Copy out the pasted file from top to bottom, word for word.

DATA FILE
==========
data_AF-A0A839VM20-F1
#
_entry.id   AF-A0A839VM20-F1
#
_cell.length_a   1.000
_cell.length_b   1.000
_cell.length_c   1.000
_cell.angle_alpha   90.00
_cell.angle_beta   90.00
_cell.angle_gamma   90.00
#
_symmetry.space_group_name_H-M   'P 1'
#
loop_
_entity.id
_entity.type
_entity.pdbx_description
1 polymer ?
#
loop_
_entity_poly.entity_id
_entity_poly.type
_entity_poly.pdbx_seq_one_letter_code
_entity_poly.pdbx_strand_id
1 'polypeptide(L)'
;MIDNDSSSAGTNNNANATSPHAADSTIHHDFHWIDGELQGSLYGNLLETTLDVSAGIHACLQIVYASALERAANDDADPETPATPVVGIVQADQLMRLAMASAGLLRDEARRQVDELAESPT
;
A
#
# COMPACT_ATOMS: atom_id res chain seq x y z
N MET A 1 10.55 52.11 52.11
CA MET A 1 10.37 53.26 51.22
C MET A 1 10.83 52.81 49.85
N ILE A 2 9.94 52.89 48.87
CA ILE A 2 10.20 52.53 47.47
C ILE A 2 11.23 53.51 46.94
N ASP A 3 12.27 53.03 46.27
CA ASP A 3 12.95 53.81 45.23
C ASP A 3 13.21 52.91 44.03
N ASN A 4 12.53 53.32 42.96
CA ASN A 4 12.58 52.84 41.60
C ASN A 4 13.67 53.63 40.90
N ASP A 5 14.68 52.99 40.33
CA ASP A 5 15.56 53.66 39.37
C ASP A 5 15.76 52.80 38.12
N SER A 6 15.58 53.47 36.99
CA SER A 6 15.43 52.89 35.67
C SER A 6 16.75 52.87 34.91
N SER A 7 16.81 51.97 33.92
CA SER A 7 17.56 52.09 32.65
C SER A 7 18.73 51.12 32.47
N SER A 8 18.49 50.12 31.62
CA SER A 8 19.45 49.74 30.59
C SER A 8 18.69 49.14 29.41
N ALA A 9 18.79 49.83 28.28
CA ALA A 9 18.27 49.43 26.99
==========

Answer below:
data_AF-A0A839VM20-F1
#
_entry.id   AF-A0A839VM20-F1
#
_cell.length_a   1.000
_cell.length_b   1.000
_cell.length_c   1.000
_cell.angle_alpha   90.00
_cell.angle_beta   90.00
_cell.angle_gamma   90.00
#
_symmetry.space_group_name_H-M   'P 1'
#
loop_
_entity.id
_entity.type
_entity.pdbx_description
1 polymer ?
#
loop_
_entity_poly.entity_id
_entity_poly.type
_entity_poly.pdbx_seq_one_letter_code
_entity_poly.pdbx_strand_id
1 'polypeptide(L)'
;MIDNDSSSAGTNNNANATSPHAADSTIHHDFHWIDGELQGSLYGNLLETTLDVSAGIHACLQIVYASALERAANDDADPETPATPVVGIVQADQLMRLAMASAGLLRDEARRQVDELAESPT
;
A
#
# COMPACT_ATOMS: atom_id res chain seq x y z
N MET A 1 10.55 52.11 52.11
CA MET A 1 10.37 53.26 51.22
C MET A 1 10.83 52.81 49.85
N ILE A 2 9.94 52.89 48.87
CA ILE A 2 10.20 52.53 47.47
C ILE A 2 11.23 53.51 46.94
N ASP A 3 12.27 53.03 46.27
CA ASP A 3 12.95 53.81 45.23
C ASP A 3 13.21 52.91 44.03
N ASN A 4 12.53 53.32 42.96
CA ASN A 4 12.58 52.84 41.60
C ASN A 4 13.67 53.63 40.90
N ASP A 5 14.68 52.99 40.33
CA ASP A 5 15.56 53.66 39.37
C ASP A 5 15.76 52.80 38.12
N SER A 6 15.58 53.47 36.99
CA SER A 6 15.43 52.89 35.67
C SER A 6 16.75 52.87 34.91
N SER A 7 16.81 51.97 33.92
CA SER A 7 17.56 52.09 32.65
C SER A 7 18.73 51.12 32.47
N SER A 8 18.49 50.12 31.62
CA SER A 8 19.45 49.74 30.59
C SER A 8 18.69 49.14 29.41
N ALA A 9 18.79 49.83 28.28
CA ALA A 9 18.27 49.43 26.99